The top bosses of National Australia Bank - the parent company of the Bank of New Zealand - have resigned and say they are "deeply sorry" for failings by the bank.
The resignations come just days after a damning report on the finance sector was delivered in Australia in which the NAB was highly criticised.
Chief executive Andrew Thorburn and chairman Ken Henry both said they would leave the bank in a statement to the Australian stock exchange released yesterday late afternoon.
The announcement came three days after commissioner Kenneth Hayne delivered a highly critical report on the banking and financial services industry which recommends sweeping changes be made.
In the statement, Thorburn said he had had a number of conversations with the chairman this week.
"I acknowledge that the bank has sustained damage as a result of its past practices and comments in the Royal Commission's final report about them.
Thorburn who has been NAB group CEO since 2014 when he moved from the top job at the BNZ, said he had always sought to act in the best interests of the bank and customers had acted with integrity.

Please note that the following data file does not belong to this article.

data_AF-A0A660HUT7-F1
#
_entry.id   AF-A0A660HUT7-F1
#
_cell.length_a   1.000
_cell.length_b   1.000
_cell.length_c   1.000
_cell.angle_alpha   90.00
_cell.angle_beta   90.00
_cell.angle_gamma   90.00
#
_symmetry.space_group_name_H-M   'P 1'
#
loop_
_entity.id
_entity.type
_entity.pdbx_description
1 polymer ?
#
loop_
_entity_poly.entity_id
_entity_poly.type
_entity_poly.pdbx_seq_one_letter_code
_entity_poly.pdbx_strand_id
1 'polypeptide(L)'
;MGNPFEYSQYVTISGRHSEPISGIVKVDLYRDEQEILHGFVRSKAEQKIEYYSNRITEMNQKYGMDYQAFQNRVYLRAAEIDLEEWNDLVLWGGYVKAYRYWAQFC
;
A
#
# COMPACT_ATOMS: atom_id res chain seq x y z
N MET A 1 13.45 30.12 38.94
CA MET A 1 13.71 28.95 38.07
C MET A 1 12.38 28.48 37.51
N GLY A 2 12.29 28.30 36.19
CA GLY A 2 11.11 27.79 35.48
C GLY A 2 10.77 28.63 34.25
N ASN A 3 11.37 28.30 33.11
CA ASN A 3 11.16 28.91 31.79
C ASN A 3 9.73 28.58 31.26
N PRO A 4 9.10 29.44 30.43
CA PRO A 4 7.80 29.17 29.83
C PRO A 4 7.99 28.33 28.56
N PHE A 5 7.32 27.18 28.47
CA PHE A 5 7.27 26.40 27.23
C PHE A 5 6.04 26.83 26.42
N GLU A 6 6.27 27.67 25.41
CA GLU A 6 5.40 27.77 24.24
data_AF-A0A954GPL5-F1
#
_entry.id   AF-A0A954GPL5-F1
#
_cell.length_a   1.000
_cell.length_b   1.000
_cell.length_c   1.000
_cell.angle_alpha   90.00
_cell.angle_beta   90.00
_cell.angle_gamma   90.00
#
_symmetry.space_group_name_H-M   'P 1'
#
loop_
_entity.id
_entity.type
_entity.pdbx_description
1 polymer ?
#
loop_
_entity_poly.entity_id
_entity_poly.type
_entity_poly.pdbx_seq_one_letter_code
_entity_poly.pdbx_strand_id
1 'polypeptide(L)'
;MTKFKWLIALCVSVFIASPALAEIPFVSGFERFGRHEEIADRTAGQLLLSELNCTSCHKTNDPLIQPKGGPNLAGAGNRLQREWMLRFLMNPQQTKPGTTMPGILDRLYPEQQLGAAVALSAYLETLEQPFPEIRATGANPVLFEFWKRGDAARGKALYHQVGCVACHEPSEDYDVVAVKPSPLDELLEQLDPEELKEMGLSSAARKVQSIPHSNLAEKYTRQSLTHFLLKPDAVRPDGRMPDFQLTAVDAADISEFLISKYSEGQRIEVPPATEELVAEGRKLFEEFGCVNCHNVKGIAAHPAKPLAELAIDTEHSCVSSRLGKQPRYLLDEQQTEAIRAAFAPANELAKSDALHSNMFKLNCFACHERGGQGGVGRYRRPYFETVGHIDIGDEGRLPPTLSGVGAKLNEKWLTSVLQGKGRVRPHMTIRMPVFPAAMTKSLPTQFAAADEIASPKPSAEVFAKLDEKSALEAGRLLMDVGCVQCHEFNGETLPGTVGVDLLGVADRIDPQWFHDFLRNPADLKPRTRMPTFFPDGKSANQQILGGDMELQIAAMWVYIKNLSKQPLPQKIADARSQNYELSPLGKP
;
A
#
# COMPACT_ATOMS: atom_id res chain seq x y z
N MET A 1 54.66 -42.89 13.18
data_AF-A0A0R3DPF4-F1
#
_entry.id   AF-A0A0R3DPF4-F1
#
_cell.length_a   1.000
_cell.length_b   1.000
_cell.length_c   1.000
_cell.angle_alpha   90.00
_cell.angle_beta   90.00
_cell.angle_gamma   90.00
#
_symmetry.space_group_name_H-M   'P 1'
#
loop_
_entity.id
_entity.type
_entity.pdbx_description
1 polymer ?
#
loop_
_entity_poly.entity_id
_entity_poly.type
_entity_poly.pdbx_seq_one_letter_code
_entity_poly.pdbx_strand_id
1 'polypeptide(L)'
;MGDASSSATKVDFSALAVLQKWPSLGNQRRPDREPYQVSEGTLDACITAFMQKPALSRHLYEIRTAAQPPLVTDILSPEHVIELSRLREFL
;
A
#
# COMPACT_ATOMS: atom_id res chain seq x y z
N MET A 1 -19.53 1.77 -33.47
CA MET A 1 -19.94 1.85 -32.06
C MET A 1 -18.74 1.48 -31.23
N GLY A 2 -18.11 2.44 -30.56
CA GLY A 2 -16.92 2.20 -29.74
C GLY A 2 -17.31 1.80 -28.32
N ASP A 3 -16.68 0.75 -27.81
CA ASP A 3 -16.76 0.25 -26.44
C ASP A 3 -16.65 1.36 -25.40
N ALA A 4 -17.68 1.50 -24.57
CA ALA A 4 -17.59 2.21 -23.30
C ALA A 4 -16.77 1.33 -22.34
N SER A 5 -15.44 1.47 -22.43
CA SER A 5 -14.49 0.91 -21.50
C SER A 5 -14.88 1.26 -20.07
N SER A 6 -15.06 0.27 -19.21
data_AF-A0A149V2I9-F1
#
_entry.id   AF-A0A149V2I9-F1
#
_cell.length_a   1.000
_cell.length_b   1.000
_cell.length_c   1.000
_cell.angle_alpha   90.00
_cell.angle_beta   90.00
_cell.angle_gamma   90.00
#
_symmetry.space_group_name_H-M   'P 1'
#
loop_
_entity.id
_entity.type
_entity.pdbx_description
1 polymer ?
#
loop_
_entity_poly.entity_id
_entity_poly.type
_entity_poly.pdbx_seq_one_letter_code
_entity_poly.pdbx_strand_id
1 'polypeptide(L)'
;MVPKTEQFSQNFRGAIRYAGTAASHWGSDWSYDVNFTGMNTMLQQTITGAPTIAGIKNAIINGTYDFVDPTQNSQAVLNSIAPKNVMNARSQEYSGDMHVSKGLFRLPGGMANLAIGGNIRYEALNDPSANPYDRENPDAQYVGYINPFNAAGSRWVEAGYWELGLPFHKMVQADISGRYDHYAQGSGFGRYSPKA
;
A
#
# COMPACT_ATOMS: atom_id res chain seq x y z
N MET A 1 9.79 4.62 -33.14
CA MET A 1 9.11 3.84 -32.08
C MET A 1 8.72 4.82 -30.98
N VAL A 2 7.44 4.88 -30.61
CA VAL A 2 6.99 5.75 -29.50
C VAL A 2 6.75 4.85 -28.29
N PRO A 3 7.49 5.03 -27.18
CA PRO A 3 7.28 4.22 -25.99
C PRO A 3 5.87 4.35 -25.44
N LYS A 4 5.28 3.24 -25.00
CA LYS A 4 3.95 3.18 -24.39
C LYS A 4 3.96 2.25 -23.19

"However, I recognise there is a desire for change."
Thorburn said he had offered to step down and the board had accepted.
"I have devoted myself to serve NAB and my hope and ambition is that bank can move forward and achieve its vision of being trusted by customers for exceptional service."
Thorburn will finish up at the end of the month with current NAB director Philip Chronican to take over as acting chief executive until a permanent appointment was made.
• Hayne report a wake-up call for all business
Henry will retire from the board once a new permanent chief executive was appointed.
He said he and the board had recognised that change was necessary.
"The timing of my departure will minimise disruption for customers, employees and shareholders."
Henry said he was proud of what the bank had achieved and equally disappointed about what the Royal Commission has brought to light in areas where the bank had not met customer expectations.
"Andrew and I are deeply sorry for this."
"My decision is not made in reaction to any specific event, but more broadly looking at the bank's needs in coming months and years."
Henry said the board would bring on new non-executive directors this year to increase its diversity of thinking and establish a committee for customer outcomes.
Both Thorburn and Henry had been in the spotlight after commissioner Hayne wrote in his final report he was less confident the two leaders at NAB had learnt any lessons from the inquiry into the sector.
"More particularly, I was not persuaded that NAB is willing to accept the necessary responsibility for deciding, for itself, what is the right thing to do, and then having its staff act accordingly," he wrote.
"Overall, my fear — that there may be a wide gap between the public face NAB seeks to show and what it does in practice — remains."
- Additional reporting news.com.au.